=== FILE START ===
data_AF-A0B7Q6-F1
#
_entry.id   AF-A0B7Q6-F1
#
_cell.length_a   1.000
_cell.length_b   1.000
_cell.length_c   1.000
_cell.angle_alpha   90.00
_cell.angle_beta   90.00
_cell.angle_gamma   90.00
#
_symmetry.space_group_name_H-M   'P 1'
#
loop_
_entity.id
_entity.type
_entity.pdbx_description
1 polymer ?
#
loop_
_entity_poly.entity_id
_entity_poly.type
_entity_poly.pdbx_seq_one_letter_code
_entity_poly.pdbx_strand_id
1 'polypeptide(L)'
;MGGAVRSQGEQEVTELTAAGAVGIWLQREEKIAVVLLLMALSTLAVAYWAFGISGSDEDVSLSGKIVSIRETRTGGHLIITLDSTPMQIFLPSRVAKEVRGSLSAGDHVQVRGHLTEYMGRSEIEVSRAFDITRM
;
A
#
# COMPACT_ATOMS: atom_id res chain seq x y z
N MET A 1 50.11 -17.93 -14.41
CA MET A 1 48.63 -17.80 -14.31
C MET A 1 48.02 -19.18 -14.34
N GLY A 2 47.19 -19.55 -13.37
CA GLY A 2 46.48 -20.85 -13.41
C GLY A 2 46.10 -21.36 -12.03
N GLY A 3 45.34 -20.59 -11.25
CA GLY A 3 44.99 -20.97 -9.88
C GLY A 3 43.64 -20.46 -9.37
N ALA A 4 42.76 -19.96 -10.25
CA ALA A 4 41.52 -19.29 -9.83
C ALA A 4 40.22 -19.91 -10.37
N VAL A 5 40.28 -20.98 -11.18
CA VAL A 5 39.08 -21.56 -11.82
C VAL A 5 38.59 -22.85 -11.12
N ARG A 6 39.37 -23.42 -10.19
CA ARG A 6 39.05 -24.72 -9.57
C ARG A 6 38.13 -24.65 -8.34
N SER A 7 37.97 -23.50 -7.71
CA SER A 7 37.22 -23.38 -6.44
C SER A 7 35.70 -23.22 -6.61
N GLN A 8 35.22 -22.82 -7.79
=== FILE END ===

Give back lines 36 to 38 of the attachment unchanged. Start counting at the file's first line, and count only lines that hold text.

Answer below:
C GLY A 2 46.10 -21.36 -12.03
N GLY A 3 45.34 -20.59 -11.25
CA GLY A 3 44.99 -20.97 -9.88